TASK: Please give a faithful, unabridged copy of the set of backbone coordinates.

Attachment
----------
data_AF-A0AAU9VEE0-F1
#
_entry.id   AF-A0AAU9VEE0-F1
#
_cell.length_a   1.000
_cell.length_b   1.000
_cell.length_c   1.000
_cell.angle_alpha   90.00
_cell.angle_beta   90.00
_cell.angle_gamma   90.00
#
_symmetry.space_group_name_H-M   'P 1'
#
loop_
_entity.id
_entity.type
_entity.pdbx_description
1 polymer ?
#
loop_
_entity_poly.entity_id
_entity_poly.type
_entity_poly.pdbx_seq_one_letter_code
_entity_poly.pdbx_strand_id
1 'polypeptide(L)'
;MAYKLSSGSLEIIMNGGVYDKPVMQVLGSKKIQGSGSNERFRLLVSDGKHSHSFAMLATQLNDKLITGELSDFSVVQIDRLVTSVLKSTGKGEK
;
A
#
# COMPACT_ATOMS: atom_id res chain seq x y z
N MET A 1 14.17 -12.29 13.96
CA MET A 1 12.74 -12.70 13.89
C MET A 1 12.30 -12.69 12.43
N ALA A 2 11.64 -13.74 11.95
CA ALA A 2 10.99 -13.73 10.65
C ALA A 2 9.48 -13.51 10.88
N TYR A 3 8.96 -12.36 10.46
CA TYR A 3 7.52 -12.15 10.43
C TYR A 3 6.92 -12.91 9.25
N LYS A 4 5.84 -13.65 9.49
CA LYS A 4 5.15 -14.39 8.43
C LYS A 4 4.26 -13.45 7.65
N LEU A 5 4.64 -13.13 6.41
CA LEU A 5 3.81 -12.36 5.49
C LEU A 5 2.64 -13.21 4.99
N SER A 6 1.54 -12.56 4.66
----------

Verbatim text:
data_AF-A0AAU9VEE0-F1
#
_entry.id   AF-A0AAU9VEE0-F1
#
_cell.length_a   1.000
_cell.length_b   1.000
_cell.length_c   1.000
_cell.angle_alpha   90.00
_cell.angle_beta   90.00
_cell.angle_gamma   90.00
#
_symmetry.space_group_name_H-M   'P 1'
#
loop_
_entity.id
_entity.type
_entity.pdbx_description
1 polymer ?
#
loop_
_entity_poly.entity_id
_entity_poly.type
_entity_poly.pdbx_seq_one_letter_code
_entity_poly.pdbx_strand_id
1 'polypeptide(L)'
;MAYKLSSGSLEIIMNGGVYDKPVMQVLGSKKIQGSGSNERFRLLVSDGKHSHSFAMLATQLNDKLITGELSDFSVVQIDRLVTSVLKSTGKGEK
;
A
#
# COMPACT_ATOMS: atom_id res chain seq x y z
N MET A 1 14.17 -12.29 13.96
CA MET A 1 12.74 -12.70 13.89
C MET A 1 12.30 -12.69 12.43
N ALA A 2 11.64 -13.74 11.95
CA ALA A 2 10.99 -13.73 10.65
C ALA A 2 9.48 -13.51 10.88
N TYR A 3 8.96 -12.36 10.46
CA TYR A 3 7.52 -12.15 10.43
C TYR A 3 6.92 -12.91 9.25
N LYS A 4 5.84 -13.65 9.49
CA LYS A 4 5.15 -14.39 8.43
C LYS A 4 4.26 -13.45 7.65
N LEU A 5 4.64 -13.13 6.41
CA LEU A 5 3.81 -12.36 5.49
C LEU A 5 2.64 -13.21 4.99
N SER A 6 1.54 -12.56 4.66